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Who We Are In The Dark: Zero Dark Thirty & Torture…

That Zero Dark Thirty should come under fire for its use and portrayal of torture is not surprising. The film deserves to spark debate about how we respond to these sorts of threats, and critically examine our claim to the moral high ground. However, the debate seems overly simplistic. It has been suggested that the controversy over torture cost director Kathryn Bigelow a Best Director nomination, and that’s a shame. The fact she’s felt to the need to respond to these relatively shallow commentaries is less than heartening.

Zero Dark Thirty has a lot to say about torture. It’s a lot of thoughtful and insightful and nuanced stuff, and Zero Dark Thirty actually gets to the nub of the issue, very clearly condemning the culture of “enhanced interrogation”, in a way that is much more effective than any of the commentators seem to realise.

zerodarkthirty4

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Watch! Dark Zero Thirty Trailer!

So far, Dark Zero Thirty has been a bit of an unknown quantity in the end-of-year Oscar race. Following the team responsible for assassinating Osama Bin Laden, Kathryn Bigalow’s movie has to be on the short-list for awards contention. It received a fairly radical change of course yesterday, meaning that it might not open in the States as early as expected. Instead, it looks like it might be pushed back to January for a wide release, following a more traditional Oscar pattern. It’s a roll-out strategy that was worked quite well for contenders in other years.

Reportedly, the film’s release had been considered for the November elections, but it may now open wide in the States only slightly early than it opens here. (The notion of being used as a political volleyball in various election-related op-eds was probably less-than-appealing to the film.) It releases in Ireland on 25th January 2013, and we have the new trailer below. Bigalow has assembeld one hell of an ensemble, with some fantastic actors putting in appearances. I am very much looking forward to this one. Enjoy.

Captain America: The New Deal (Review/Retrospective)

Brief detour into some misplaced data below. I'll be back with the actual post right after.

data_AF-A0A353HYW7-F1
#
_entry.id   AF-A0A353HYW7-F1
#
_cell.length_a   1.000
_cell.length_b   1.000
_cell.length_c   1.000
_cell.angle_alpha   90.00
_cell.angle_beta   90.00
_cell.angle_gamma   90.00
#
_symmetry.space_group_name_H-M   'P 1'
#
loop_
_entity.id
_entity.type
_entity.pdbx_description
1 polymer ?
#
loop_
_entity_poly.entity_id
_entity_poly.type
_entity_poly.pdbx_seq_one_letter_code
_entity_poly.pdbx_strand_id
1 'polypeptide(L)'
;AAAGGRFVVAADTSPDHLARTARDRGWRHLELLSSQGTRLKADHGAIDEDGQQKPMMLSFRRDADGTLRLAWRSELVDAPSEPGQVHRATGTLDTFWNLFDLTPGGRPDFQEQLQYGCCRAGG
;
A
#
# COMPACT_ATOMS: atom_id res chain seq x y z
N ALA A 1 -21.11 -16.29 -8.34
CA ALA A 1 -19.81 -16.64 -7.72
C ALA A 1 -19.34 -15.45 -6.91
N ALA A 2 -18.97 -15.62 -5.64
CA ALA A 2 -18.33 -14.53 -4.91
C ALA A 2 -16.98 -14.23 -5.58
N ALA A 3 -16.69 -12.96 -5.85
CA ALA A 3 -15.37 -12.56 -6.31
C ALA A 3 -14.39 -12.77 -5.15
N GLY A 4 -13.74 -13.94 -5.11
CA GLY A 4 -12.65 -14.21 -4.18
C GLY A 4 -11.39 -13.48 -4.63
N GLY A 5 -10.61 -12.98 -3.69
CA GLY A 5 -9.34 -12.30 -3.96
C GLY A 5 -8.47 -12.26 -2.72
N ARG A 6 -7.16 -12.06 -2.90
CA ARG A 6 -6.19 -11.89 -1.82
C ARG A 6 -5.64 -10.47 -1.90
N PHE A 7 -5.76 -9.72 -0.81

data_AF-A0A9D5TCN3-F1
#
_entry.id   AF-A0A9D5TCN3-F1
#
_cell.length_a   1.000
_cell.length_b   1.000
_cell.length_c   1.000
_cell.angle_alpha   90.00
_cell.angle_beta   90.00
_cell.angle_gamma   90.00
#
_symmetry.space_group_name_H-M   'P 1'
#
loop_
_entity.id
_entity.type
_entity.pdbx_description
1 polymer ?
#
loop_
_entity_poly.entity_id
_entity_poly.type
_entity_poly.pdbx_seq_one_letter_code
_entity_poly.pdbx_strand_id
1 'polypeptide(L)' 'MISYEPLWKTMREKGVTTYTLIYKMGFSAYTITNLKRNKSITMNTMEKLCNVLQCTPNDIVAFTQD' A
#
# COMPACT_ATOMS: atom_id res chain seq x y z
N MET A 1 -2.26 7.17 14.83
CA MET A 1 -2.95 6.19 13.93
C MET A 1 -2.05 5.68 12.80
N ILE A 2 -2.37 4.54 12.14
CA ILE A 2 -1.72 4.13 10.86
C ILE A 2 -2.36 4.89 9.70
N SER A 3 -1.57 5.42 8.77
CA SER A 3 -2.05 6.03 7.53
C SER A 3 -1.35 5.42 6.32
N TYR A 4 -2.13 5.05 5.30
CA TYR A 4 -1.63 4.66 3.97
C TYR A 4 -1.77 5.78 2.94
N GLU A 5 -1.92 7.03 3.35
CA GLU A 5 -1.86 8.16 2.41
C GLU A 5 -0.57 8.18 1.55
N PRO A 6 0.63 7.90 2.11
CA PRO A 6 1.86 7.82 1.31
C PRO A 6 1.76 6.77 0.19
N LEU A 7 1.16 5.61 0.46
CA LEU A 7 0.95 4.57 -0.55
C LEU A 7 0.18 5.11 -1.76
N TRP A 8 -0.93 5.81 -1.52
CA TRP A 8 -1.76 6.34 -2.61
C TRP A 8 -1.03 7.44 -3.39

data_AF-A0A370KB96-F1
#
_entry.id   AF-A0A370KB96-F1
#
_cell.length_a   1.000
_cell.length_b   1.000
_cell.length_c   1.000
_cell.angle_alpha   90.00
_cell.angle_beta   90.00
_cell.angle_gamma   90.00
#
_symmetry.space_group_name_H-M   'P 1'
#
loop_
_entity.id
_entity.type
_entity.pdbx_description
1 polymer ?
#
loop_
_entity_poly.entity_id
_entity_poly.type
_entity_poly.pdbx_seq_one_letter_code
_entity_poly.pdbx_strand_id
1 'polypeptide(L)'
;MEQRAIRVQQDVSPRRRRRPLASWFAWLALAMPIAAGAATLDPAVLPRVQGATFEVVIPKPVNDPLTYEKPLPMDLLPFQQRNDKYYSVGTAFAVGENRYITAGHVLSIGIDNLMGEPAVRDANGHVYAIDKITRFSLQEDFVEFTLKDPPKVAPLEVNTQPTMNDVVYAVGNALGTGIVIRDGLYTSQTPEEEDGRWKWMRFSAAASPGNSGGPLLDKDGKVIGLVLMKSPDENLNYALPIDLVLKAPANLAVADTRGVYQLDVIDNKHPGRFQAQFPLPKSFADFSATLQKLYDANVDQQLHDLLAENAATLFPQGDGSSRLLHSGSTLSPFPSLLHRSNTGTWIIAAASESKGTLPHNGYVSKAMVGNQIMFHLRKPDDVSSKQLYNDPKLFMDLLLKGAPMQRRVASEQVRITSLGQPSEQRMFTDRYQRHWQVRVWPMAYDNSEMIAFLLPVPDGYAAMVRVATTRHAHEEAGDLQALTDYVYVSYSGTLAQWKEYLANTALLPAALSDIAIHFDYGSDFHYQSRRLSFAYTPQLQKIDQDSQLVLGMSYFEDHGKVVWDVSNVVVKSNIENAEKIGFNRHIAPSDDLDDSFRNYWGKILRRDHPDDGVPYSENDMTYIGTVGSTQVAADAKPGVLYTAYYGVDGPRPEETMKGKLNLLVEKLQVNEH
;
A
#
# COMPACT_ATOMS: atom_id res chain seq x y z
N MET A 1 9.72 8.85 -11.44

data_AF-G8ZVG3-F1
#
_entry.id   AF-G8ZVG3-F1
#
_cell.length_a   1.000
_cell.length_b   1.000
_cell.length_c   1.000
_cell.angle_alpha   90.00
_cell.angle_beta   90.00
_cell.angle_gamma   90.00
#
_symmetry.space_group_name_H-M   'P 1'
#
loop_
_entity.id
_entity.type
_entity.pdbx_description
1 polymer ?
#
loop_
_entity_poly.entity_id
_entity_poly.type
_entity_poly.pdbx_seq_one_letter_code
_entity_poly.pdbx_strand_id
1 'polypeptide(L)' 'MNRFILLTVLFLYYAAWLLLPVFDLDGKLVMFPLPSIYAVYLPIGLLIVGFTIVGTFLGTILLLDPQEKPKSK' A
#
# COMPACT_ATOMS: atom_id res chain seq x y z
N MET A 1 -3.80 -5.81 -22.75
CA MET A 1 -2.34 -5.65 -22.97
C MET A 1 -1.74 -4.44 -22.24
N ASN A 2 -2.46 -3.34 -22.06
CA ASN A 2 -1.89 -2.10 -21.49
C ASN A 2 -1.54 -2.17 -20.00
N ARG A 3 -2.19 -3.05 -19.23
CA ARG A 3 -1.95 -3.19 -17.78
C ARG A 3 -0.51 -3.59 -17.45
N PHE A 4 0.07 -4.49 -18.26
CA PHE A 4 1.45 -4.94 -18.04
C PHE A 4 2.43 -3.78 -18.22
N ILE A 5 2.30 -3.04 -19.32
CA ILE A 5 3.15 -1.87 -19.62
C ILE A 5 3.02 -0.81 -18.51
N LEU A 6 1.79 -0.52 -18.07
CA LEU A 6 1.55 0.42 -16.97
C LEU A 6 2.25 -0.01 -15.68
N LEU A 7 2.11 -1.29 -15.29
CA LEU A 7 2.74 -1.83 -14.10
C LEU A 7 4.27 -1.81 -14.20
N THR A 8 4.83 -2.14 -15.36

Oh, God — How could this happen here?

– Steve Rogers, Captain America #1

It seemed inevitable that Captain America would have to respond to September 11th. After all, the terrorist atrocities were an attack on the American way of life, and the iconic superhero was perhaps the hero best equipped to explore the scars left by the still-recent attacks upon the American psyche, much as his Secret Empire plot allowed him to respond to the Watergate Scandal. Unfortunately, John Ney Rieber’s work on the character is – while well-intentioned – clumsy, awkward, groan-inducing and cliché-ridden. Even the fantastic artwork of John Cassaday cannot salvage the run from its own tired and trite pseudo-philosophical ramblings.

Subtle.

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Right Here, Right Now: Thoughts on Kathryn Bigalow’s Osama Bin Ladin Project…

It’s interesting that the piece of news which grabbed me most coming out of the whole news cycle around the assassination of Osama Bin Ladin by US troops in Pakistan wasn’t any of the discussion over the legality of the act, nor the debate over whether assassination is now an acceptable tool of foreign policy. It was the near-instantaneous announcement that Kathryn Bigalow would be working on a feature film adaptation of the killing, an adaptation that reportedly has a mostly finished script and a lead actor already. Perhaps it’s a stunning illustration of just how quick the news and media cycle is, but I wonder how quick we feel the need to turn history into cinema.

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